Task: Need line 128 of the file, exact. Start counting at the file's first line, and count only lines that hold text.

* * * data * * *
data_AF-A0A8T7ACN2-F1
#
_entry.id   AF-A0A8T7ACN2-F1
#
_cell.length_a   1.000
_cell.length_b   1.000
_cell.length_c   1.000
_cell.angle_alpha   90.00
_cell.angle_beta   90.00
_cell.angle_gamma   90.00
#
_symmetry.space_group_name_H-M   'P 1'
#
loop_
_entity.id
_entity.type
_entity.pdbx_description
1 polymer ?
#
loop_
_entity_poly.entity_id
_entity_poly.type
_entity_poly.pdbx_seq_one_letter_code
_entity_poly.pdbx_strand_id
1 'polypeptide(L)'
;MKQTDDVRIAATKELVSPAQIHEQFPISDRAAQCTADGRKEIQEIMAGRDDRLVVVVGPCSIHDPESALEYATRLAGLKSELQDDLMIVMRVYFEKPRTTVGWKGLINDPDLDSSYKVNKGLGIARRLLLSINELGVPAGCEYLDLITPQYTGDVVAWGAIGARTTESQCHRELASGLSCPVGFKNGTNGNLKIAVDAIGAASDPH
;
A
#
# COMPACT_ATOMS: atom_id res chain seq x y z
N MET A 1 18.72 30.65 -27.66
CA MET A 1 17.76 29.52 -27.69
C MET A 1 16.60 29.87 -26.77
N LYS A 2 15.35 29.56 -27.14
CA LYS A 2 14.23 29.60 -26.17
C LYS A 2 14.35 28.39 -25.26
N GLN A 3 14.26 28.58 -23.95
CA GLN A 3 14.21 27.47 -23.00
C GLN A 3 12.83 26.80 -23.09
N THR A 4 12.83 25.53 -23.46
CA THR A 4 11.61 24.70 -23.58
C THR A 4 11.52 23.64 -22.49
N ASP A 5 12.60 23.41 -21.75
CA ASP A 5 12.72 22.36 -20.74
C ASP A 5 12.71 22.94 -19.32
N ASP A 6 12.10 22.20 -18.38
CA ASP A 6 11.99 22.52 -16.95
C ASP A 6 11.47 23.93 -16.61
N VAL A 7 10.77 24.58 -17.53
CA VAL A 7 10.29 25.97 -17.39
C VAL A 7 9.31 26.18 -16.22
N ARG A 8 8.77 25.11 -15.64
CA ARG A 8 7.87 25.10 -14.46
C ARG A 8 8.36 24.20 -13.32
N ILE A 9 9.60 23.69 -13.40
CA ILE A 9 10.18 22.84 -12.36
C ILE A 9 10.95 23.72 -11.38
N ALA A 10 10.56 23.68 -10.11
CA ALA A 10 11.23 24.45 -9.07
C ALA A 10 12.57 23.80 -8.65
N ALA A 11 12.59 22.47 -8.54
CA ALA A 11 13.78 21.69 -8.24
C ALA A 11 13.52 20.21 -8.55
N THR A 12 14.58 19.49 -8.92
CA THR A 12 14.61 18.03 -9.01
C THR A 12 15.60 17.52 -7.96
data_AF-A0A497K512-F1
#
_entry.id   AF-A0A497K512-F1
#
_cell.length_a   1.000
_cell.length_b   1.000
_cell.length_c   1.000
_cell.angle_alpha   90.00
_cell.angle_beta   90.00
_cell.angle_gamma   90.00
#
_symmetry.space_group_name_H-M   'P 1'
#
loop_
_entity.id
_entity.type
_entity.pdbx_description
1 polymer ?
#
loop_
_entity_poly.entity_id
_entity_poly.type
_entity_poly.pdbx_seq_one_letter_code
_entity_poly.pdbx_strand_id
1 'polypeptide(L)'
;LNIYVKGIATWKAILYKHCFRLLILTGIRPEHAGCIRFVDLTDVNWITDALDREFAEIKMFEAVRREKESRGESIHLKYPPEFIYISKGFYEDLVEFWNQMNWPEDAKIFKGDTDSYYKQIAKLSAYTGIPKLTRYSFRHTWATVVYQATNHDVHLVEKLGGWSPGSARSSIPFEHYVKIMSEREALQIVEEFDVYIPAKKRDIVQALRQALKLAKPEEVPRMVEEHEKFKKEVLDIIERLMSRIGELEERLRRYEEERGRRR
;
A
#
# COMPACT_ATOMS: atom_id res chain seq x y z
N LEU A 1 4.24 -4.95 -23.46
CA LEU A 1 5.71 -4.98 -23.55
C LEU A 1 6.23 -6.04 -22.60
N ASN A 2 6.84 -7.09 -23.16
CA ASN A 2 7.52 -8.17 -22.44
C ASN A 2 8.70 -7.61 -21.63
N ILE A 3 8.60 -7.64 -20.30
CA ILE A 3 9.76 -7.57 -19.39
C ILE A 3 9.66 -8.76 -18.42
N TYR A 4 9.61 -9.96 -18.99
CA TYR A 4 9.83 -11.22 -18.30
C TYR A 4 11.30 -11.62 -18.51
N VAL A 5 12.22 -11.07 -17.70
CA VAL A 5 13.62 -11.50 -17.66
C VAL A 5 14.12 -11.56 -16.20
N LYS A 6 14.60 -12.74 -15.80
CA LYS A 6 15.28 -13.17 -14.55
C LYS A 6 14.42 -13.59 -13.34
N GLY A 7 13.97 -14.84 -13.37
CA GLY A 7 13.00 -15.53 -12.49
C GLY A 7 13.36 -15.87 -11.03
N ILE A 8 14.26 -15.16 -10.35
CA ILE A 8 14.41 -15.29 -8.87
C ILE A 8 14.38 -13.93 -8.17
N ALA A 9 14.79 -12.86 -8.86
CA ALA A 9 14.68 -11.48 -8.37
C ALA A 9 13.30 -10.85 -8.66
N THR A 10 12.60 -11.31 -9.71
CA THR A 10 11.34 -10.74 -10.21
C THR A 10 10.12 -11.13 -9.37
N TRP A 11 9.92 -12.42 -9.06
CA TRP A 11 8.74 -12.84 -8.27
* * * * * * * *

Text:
CA TRP A 11 8.74 -12.84 -8.27